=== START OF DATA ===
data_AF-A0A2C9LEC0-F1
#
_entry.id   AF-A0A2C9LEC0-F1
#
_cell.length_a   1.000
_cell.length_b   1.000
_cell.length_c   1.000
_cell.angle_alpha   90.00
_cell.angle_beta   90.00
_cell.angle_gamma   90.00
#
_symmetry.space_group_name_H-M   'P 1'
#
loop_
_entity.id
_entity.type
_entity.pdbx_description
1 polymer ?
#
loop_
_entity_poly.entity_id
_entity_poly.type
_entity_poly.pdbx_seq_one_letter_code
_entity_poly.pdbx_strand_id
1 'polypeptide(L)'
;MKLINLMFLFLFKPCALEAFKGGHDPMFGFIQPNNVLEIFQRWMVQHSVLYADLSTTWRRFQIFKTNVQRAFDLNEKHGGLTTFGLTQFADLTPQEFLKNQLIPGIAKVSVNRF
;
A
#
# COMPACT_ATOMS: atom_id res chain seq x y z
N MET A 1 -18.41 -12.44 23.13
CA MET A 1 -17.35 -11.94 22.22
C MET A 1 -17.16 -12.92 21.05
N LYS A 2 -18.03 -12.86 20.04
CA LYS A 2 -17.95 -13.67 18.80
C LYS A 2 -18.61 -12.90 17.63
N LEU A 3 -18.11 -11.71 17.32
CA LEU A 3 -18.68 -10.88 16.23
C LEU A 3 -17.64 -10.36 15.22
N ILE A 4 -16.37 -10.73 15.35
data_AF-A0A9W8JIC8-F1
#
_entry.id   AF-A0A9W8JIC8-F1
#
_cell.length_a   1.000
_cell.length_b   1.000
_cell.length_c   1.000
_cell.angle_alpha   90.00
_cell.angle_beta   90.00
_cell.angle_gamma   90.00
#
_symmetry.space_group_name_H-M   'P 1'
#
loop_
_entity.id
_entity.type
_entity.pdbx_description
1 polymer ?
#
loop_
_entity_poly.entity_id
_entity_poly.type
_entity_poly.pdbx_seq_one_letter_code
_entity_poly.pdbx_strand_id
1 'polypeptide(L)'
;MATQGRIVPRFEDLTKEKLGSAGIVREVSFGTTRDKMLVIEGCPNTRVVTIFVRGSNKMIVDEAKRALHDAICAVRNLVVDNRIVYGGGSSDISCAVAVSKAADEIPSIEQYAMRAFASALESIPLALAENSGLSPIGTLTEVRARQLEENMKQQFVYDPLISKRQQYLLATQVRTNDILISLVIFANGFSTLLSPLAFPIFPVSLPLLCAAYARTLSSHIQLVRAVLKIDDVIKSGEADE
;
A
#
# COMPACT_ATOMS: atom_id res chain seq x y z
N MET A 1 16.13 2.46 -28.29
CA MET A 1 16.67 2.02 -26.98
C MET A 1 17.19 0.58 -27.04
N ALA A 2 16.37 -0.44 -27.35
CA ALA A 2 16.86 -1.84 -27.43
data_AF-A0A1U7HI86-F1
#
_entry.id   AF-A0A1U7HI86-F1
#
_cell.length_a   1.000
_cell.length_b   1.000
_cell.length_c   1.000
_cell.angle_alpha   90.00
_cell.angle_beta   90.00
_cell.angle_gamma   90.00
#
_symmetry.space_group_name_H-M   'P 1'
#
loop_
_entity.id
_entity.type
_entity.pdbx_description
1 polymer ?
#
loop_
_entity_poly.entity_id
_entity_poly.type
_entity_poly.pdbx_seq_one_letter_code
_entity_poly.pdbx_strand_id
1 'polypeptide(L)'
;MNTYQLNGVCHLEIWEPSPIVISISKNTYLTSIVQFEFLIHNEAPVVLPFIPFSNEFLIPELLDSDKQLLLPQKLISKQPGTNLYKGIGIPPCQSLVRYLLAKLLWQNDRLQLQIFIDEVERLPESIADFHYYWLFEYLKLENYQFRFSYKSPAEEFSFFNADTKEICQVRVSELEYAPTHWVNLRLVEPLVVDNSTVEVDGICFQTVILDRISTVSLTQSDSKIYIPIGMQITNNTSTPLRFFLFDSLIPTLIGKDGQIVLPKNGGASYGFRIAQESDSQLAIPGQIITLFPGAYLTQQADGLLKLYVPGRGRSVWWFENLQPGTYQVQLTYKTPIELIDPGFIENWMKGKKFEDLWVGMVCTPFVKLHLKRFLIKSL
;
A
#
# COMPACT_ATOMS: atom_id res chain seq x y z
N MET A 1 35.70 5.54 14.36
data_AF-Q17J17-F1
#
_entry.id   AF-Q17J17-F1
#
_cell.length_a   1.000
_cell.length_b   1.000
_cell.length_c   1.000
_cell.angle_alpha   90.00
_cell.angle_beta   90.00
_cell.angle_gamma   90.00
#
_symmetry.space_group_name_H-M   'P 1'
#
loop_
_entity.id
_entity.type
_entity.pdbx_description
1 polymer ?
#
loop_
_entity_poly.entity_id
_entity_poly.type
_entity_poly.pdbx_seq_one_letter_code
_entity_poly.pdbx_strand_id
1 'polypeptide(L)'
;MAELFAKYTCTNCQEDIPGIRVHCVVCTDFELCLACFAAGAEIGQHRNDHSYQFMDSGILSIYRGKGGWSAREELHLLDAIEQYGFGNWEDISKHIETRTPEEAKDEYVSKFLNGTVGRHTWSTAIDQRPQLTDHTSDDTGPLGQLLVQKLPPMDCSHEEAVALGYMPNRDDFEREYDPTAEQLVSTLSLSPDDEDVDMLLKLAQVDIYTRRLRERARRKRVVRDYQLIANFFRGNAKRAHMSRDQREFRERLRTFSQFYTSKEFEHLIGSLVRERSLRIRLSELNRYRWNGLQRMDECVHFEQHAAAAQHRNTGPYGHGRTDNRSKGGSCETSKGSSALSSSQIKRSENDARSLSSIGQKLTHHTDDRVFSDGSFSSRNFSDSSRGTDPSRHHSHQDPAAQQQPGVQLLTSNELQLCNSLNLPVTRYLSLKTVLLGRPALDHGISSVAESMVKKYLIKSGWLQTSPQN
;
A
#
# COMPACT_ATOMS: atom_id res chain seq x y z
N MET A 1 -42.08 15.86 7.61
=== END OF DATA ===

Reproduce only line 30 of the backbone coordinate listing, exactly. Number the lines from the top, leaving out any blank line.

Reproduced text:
# COMPACT_ATOMS: atom_id res chain seq x y z